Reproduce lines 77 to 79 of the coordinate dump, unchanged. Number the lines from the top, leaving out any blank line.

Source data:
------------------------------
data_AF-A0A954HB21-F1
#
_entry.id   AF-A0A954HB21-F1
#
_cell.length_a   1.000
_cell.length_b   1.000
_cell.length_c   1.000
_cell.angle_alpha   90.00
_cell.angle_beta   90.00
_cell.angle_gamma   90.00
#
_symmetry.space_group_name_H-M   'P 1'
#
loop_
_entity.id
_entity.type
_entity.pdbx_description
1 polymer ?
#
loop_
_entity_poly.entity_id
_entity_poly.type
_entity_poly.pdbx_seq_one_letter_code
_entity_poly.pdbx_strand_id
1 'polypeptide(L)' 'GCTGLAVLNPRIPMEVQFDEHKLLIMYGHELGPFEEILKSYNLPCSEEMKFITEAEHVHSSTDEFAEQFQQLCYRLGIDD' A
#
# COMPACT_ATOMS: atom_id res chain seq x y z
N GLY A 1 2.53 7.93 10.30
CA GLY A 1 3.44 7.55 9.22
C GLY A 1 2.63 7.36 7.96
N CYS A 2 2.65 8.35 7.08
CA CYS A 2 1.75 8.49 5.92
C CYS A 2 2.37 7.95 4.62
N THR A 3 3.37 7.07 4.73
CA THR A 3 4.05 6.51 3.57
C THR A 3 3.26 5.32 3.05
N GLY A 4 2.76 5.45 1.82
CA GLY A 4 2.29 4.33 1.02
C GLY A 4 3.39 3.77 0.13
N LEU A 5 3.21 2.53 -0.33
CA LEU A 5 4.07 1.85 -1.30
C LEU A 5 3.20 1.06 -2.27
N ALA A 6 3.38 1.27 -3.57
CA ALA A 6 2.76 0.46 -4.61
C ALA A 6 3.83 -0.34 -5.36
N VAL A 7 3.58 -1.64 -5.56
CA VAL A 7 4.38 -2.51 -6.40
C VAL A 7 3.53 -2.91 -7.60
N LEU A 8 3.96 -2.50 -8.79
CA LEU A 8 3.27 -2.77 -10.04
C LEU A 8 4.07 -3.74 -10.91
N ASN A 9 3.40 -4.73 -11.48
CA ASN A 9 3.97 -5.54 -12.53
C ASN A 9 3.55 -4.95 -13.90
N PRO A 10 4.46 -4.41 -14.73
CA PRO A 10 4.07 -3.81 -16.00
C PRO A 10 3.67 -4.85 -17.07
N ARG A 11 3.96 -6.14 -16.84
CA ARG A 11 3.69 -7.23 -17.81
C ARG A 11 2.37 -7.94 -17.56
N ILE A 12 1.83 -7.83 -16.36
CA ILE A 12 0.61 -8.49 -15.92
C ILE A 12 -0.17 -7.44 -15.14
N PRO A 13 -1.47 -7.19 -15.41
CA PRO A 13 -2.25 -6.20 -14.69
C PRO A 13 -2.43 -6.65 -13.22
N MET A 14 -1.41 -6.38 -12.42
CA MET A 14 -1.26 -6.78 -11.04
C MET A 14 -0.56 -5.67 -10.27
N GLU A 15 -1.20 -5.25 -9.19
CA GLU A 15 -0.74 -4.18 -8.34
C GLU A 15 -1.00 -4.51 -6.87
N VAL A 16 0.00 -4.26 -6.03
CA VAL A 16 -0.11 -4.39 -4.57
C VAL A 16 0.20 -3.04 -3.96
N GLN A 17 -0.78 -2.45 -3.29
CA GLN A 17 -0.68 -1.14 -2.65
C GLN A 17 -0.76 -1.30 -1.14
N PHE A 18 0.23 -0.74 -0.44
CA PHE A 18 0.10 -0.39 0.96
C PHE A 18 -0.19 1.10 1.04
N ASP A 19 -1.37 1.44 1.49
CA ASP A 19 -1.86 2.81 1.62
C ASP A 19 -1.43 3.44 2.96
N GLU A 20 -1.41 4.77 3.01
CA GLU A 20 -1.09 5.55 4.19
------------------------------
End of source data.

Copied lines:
CA GLN A 17 -0.68 -1.14 -2.65
C GLN A 17 -0.76 -1.30 -1.14
N PHE A 18 0.23 -0.74 -0.44